“My identity connects me with people across the border I have never met, by knowing that we all share struggles that LGBTQ+ people have to go through, since our societies both here and across the border have not yet accepted us.” Theo says. Under British colonial law, homosexuality was outlawed. While it is now legal to be queer on both sides of the island, it wasn’t until 2014 that the North legalised male homosexuality, and there are a lot of rights still to be won, particularly for trans people. Cypriots are fighting for LGBTQ+ rights on both sides of the divide, and often crossing the border to find solidarity or in order to feel more comfortable to be themselves.
Omar, who is north Cypriot and gay, was born in South London, but recalls fond memories of returning to Cyprus a few months a year throughout his childhood, mostly to Mağusa/Ammochostos/Famagusta, a harbour town on the north side. The island is special to him: “I walked for the first time in Cyprus.”
Omar is angry at Greece, Turkey, the UK and the UN for what he has experienced as their power grabbing that has divided the island. He tells me he is angry at imperialism for disrupting the native people of Cyprus.
For many queer and trans Cypriots in the UK, connecting to all parts of our identities can be a challenge. Growing up queer, non-binary, Muslim and Cypriot has been a challenge for me. It has been hard to find spaces where I can exist as my whole self. Omar shares this struggle, and we talk about how being Muslim, as most Turkish-speaking Cypriots are, brings its own challenges in Britain - where we often feel the claws of Islamophobia.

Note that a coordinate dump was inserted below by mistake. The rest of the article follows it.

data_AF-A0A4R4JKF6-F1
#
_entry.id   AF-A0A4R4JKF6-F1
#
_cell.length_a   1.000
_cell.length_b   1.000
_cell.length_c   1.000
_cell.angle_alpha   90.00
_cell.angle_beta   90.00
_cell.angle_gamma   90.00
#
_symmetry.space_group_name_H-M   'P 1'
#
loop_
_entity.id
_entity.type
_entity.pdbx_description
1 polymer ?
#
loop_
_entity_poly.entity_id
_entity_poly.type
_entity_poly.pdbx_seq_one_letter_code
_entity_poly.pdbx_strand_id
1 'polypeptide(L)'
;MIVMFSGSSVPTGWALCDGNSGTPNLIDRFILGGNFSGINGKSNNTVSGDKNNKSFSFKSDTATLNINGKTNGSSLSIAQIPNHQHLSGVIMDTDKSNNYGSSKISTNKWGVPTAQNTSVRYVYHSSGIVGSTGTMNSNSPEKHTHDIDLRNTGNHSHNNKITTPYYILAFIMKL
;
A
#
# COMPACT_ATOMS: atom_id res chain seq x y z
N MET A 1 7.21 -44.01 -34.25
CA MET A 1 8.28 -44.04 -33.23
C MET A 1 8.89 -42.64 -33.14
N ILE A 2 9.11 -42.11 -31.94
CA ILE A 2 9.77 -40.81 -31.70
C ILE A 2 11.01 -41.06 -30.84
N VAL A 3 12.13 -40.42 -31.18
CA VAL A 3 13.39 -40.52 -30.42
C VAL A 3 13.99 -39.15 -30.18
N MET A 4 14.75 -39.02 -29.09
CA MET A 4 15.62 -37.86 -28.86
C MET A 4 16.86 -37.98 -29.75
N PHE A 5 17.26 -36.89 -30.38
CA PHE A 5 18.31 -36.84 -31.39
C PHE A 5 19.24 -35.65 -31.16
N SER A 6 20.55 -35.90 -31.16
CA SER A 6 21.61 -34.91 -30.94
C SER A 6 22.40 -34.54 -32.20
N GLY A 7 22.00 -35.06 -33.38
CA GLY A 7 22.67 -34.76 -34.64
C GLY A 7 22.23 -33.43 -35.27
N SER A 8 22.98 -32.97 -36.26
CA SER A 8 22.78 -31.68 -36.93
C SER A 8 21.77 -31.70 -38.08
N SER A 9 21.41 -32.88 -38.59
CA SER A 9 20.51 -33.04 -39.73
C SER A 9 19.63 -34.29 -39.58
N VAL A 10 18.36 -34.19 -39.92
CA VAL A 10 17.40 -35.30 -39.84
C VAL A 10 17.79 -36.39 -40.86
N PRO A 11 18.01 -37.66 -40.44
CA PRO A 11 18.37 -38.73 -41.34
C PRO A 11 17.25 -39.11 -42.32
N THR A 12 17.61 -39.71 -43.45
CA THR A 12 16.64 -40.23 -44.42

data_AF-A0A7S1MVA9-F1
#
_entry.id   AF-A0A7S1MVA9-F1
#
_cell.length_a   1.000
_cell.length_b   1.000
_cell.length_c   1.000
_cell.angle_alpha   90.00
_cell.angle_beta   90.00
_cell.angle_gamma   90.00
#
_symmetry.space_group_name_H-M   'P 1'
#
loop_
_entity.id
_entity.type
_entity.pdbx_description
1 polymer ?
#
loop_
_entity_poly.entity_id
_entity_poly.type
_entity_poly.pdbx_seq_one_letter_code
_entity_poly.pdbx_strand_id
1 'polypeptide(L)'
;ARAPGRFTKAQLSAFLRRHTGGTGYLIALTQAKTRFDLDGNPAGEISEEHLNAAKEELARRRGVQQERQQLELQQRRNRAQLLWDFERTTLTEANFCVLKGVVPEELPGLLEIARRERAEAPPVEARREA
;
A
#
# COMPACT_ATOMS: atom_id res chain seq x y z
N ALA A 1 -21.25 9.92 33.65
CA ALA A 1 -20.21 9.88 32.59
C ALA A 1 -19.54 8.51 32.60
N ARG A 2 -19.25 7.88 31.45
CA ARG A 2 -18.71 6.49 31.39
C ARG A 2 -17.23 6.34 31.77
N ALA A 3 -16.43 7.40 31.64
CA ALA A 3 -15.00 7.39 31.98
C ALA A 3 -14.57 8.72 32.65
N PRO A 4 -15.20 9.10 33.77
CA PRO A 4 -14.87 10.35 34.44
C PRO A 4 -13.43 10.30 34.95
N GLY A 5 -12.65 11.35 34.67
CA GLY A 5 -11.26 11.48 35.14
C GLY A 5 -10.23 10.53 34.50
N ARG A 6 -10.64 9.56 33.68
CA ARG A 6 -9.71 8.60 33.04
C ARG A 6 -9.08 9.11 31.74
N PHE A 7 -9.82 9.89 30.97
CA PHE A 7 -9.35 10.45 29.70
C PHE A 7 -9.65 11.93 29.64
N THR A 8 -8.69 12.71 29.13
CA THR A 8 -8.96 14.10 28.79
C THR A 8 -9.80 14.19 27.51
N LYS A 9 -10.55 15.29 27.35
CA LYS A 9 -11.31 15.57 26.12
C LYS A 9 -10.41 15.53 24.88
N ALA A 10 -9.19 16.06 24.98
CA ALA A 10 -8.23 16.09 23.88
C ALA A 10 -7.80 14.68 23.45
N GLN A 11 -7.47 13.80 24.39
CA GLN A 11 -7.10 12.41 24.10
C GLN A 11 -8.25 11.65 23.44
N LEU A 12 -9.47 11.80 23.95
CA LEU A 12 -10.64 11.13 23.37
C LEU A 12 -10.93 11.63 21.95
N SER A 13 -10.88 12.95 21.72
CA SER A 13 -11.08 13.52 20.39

“As queer people, we’re always exploring gender and sexuality, I also feel like that about my Cypriotness”
For Omar, shame is a big part of it. “I changed my name, moved and cosplayed as a white person,” he says of his coming-out journey. When he realised he was gay, he tried to hide his Cypriot identity so that he could assimilate into the UK queer scene: “In my head, you couldn’t be Cypriot and queer. Being Cypriot is an identity crisis,” he adds. “As queer people, we’re always exploring gender and sexuality, I also feel like that about my Cypriotness.” After a while, Omar wanted to reclaim all parts of his identity. “Just because our culture is practised in a heteronormative way, that doesn’t mean we have to do that. We can reclaim it in a queer way. I can go to a wedding and enjoy a traditional testi dance. It’s ours as much as theirs,” Omar says.
Jas is nonbinary and grew up in the UK, but has lived in Larnaka/Larnaka/Larnaca in south Cyprus for the past 12 years with their Cypriot partner. Jas describes the strangeness of the island’s divide. “When there’s a political event, like elections, people have strong opinions about the border. But most of the time, people just want to know which side they can buy the cheapest petrol,” they say. Jas questions my use of the term “border” - “Should we instead call it a crossing point?” they ask.
Jas says language is another clear example of the divided nature of the island. Greek is a very gendered language, and that makes it hard for trans people - particularly if they are non-binary like Jas - while on the other side of the border, the Turkish language doesn’t have gendered pronouns.